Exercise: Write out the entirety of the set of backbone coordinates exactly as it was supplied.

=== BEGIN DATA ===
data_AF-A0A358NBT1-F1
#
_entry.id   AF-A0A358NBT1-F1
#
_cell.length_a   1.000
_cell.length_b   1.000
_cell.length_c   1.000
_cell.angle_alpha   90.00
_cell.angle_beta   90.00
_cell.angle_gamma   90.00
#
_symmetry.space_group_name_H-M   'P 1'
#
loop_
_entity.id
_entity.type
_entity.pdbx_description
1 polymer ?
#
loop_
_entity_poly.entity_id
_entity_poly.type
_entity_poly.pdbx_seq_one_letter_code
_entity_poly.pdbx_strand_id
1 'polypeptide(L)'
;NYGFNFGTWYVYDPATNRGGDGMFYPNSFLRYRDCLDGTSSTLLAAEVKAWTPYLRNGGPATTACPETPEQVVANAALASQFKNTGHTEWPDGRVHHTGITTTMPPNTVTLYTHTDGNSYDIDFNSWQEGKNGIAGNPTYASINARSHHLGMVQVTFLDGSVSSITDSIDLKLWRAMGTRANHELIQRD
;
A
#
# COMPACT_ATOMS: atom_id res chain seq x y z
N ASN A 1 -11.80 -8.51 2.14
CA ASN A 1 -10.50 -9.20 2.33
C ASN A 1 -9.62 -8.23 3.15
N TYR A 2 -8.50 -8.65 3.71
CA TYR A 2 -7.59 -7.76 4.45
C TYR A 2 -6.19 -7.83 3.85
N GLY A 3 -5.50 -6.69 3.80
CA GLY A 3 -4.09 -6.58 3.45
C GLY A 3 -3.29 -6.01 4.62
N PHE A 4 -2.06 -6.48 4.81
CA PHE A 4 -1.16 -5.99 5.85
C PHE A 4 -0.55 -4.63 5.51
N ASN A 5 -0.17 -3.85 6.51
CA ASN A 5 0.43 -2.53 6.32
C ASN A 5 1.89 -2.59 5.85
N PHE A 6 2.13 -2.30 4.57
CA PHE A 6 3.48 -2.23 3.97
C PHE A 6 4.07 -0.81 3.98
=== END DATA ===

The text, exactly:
data_AF-A0A358NBT1-F1
#
_entry.id   AF-A0A358NBT1-F1
#
_cell.length_a   1.000
_cell.length_b   1.000
_cell.length_c   1.000
_cell.angle_alpha   90.00
_cell.angle_beta   90.00
_cell.angle_gamma   90.00
#
_symmetry.space_group_name_H-M   'P 1'
#
loop_
_entity.id
_entity.type
_entity.pdbx_description
1 polymer ?
#
loop_
_entity_poly.entity_id
_entity_poly.type
_entity_poly.pdbx_seq_one_letter_code
_entity_poly.pdbx_strand_id
1 'polypeptide(L)'
;NYGFNFGTWYVYDPATNRGGDGMFYPNSFLRYRDCLDGTSSTLLAAEVKAWTPYLRNGGPATTACPETPEQVVANAALASQFKNTGHTEWPDGRVHHTGITTTMPPNTVTLYTHTDGNSYDIDFNSWQEGKNGIAGNPTYASINARSHHLGMVQVTFLDGSVSSITDSIDLKLWRAMGTRANHELIQRD
;
A
#
# COMPACT_ATOMS: atom_id res chain seq x y z
N ASN A 1 -11.80 -8.51 2.14
CA ASN A 1 -10.50 -9.20 2.33
C ASN A 1 -9.62 -8.23 3.15
N TYR A 2 -8.50 -8.65 3.71
CA TYR A 2 -7.59 -7.76 4.45
C TYR A 2 -6.19 -7.83 3.85
N GLY A 3 -5.50 -6.69 3.80
CA GLY A 3 -4.09 -6.58 3.45
C GLY A 3 -3.29 -6.01 4.62
N PHE A 4 -2.06 -6.48 4.81
CA PHE A 4 -1.16 -5.99 5.85
C PHE A 4 -0.55 -4.63 5.51
N ASN A 5 -0.17 -3.85 6.51
CA ASN A 5 0.43 -2.53 6.32
C ASN A 5 1.89 -2.59 5.85
N PHE A 6 2.13 -2.30 4.57
CA PHE A 6 3.48 -2.23 3.97
C PHE A 6 4.07 -0.81 3.98